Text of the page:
CRP is an acute phase reaction protein. Repeated hypoxia and inadequate ventilation in OSA could trigger oxidative stress and systemic inflammatory response, which could in turn enhance the synthesis and release of CRP . Shamsuzzaman et al. showed that CRP has a significant linear correlation with AHI and is an independent influencing factor for OSA severity . Moreover, inflammatory responses play key roles in the development of atherosclerosis. CRP, the product and mediator of inflammatory responses in atherosclerosis, is an important marker of endothelial dysfunction. Elevated CRP levels have been shown to be an independent risk factor for diseases such as myocardial infarction, peripheral vascular disease, and stroke . Han et al. found that high CRP levels related to acute renal function injury, all-cause death, duration of hospitalization, and ICU stay after CABG .
Compared with the CRP, Hs-CRP extends the detection linear range from 3–200 to 0.005–0.10 mg/L, thereby making the determination of low-concentration CRP more accurate. Moreover, Hs-CRP has a long half-life, with no diurnal difference and no sex- or age-dependence and has a higher value in predicting the prognosis of cardiovascular and cerebrovascular diseases . Previous studies have shown a relationship between Hs-CRP levels and OSA, nevertheless, these results are controversial because of obesity and various confounding factors . In our study, we found that the Hs-CRP level was significantly increased in the moderate-severe OSA group, and there were significant correlations between Hs-CRP level and severity of OSA after adjusting sex, age, and BMI.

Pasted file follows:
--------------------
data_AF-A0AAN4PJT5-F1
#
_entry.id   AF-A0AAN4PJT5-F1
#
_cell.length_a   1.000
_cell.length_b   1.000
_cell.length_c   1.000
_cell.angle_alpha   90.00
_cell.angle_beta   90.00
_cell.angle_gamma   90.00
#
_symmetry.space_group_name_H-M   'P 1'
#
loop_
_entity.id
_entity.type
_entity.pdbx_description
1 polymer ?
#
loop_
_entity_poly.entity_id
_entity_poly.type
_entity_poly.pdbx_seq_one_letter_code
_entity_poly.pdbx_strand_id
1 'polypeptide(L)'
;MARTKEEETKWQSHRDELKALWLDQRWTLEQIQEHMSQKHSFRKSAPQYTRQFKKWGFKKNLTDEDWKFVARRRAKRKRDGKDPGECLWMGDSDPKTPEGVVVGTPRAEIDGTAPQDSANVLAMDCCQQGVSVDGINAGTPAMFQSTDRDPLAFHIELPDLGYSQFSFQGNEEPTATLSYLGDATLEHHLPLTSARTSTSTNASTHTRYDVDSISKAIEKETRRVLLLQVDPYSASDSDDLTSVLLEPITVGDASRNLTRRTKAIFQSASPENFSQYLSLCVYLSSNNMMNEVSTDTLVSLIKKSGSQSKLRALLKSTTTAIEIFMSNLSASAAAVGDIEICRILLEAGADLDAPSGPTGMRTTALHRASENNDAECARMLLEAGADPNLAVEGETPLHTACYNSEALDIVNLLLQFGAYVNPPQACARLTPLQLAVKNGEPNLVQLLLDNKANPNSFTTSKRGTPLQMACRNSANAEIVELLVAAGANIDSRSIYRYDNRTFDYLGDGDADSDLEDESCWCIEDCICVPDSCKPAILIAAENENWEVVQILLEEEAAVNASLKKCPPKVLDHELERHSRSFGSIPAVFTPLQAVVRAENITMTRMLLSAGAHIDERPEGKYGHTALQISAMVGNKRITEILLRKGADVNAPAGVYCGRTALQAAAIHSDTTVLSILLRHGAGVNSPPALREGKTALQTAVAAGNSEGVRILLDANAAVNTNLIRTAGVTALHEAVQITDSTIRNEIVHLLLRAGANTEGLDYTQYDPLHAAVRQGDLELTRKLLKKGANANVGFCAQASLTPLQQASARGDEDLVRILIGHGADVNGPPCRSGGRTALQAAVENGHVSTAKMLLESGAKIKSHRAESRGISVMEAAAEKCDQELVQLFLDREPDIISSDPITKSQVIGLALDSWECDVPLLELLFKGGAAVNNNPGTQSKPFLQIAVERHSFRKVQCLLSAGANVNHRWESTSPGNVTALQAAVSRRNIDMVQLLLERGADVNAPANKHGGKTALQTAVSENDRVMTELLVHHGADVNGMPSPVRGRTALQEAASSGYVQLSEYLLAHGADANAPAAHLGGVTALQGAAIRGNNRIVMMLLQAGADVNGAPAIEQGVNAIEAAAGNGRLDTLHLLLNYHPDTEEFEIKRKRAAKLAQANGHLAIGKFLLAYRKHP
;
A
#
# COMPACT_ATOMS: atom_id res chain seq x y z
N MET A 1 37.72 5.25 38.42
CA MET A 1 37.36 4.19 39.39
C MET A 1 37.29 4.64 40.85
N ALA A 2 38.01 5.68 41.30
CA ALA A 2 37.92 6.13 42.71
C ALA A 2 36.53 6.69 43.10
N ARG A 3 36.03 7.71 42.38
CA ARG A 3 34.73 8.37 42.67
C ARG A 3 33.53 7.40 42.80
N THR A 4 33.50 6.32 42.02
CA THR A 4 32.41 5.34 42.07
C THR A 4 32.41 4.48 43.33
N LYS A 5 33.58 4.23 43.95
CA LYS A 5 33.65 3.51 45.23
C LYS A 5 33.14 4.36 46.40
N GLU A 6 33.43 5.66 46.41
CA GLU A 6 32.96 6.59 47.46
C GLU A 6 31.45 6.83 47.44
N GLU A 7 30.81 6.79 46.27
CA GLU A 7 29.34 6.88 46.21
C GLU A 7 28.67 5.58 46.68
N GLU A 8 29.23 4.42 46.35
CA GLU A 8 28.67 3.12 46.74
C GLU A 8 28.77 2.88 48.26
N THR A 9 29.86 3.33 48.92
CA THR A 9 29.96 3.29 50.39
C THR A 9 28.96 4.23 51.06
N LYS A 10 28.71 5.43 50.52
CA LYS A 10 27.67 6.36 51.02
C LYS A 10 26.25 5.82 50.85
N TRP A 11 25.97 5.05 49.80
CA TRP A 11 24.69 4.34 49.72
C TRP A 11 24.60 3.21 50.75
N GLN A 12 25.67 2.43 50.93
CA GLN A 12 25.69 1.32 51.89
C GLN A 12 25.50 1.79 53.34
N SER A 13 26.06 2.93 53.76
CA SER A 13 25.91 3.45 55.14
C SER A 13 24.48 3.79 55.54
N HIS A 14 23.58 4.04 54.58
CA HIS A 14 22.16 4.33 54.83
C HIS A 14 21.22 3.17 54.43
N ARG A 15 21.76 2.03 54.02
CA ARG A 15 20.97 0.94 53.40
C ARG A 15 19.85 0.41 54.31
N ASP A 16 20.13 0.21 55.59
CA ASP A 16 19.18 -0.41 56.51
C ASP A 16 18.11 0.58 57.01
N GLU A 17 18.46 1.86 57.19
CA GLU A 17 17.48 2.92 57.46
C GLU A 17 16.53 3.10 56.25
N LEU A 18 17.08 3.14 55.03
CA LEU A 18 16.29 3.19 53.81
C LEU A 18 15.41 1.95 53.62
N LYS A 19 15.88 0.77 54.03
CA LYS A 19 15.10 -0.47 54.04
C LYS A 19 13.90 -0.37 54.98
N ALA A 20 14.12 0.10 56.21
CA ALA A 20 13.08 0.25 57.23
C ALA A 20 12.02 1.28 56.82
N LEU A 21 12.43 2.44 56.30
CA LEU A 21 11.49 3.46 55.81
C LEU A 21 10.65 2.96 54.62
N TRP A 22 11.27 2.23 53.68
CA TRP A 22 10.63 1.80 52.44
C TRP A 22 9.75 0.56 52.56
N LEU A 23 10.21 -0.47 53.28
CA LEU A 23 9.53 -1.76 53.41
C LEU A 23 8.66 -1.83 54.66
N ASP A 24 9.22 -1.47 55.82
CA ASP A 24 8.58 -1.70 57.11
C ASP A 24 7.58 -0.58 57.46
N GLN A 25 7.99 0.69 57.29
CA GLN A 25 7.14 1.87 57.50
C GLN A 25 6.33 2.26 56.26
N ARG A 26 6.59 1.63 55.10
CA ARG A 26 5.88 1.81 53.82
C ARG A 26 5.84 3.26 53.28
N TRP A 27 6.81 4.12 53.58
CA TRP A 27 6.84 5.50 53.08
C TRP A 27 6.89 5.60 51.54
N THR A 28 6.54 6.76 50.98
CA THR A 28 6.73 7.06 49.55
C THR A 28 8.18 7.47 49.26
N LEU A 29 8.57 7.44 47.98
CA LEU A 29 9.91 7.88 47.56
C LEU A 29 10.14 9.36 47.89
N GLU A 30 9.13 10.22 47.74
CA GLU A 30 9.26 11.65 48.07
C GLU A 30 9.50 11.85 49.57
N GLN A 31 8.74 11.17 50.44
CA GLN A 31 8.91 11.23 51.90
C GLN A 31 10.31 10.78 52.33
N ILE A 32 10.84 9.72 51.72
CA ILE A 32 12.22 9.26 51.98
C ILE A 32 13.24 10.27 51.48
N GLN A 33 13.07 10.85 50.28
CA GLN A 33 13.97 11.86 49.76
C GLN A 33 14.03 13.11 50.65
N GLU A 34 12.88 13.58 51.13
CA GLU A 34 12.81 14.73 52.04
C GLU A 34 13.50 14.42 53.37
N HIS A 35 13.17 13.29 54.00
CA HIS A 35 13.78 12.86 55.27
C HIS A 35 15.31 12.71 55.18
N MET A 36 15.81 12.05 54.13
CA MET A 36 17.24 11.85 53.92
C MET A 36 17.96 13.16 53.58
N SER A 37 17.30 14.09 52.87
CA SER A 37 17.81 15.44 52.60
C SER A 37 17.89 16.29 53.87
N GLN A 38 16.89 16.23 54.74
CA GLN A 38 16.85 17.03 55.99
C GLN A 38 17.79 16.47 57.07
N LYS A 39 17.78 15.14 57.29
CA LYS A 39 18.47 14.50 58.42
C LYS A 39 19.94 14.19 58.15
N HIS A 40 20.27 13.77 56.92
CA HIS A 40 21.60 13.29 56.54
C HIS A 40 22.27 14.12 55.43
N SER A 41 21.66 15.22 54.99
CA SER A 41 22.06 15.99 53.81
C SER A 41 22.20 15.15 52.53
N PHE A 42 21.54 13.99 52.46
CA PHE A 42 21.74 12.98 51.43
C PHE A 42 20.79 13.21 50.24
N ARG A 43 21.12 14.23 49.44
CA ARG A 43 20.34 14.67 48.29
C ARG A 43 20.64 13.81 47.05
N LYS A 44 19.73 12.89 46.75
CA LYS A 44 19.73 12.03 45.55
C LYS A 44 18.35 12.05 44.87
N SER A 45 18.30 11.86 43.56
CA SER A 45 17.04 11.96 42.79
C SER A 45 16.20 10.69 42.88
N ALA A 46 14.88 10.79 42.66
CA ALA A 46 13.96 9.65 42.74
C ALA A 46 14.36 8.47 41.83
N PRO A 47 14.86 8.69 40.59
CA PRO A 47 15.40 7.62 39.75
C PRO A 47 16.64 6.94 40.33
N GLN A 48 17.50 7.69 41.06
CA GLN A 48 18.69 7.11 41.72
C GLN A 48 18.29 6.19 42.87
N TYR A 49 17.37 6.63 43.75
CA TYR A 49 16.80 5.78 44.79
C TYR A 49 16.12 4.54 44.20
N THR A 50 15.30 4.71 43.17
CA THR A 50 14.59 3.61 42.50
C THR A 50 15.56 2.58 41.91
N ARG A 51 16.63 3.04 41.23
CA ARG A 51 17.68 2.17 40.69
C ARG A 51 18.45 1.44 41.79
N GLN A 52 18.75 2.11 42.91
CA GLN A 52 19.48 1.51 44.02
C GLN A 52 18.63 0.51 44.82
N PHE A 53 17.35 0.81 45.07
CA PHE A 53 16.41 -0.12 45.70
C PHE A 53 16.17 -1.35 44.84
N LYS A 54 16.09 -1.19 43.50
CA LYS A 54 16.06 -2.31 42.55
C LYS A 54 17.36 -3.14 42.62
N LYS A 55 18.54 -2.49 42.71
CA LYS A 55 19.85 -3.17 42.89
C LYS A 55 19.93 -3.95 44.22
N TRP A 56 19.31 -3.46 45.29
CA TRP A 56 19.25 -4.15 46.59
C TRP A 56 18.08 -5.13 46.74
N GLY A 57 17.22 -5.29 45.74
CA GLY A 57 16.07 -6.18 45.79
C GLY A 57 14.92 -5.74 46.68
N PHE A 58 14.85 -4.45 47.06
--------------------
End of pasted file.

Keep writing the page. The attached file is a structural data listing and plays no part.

Hs-CRP plays an important role in predicting the prognosis of cardiovascular disease; nevertheless, only one report on the early effect of Hs-CRP on OPCABG has been conducted . In the present study, we found that elevated Hs-CRP levels were significantly associated with increased AF incidence and duration of hospitalization. Our results also demonstrated that AF incidence, duration of hospitalization, and hospital costs were significantly higher in the elevated Hs-CRP group than in the normal group after OPCABG. Further regression analysis showed that Hs-CRP level was an independent risk factor for POAF and was independently correlated with the duration of hospitalization and hospital cost.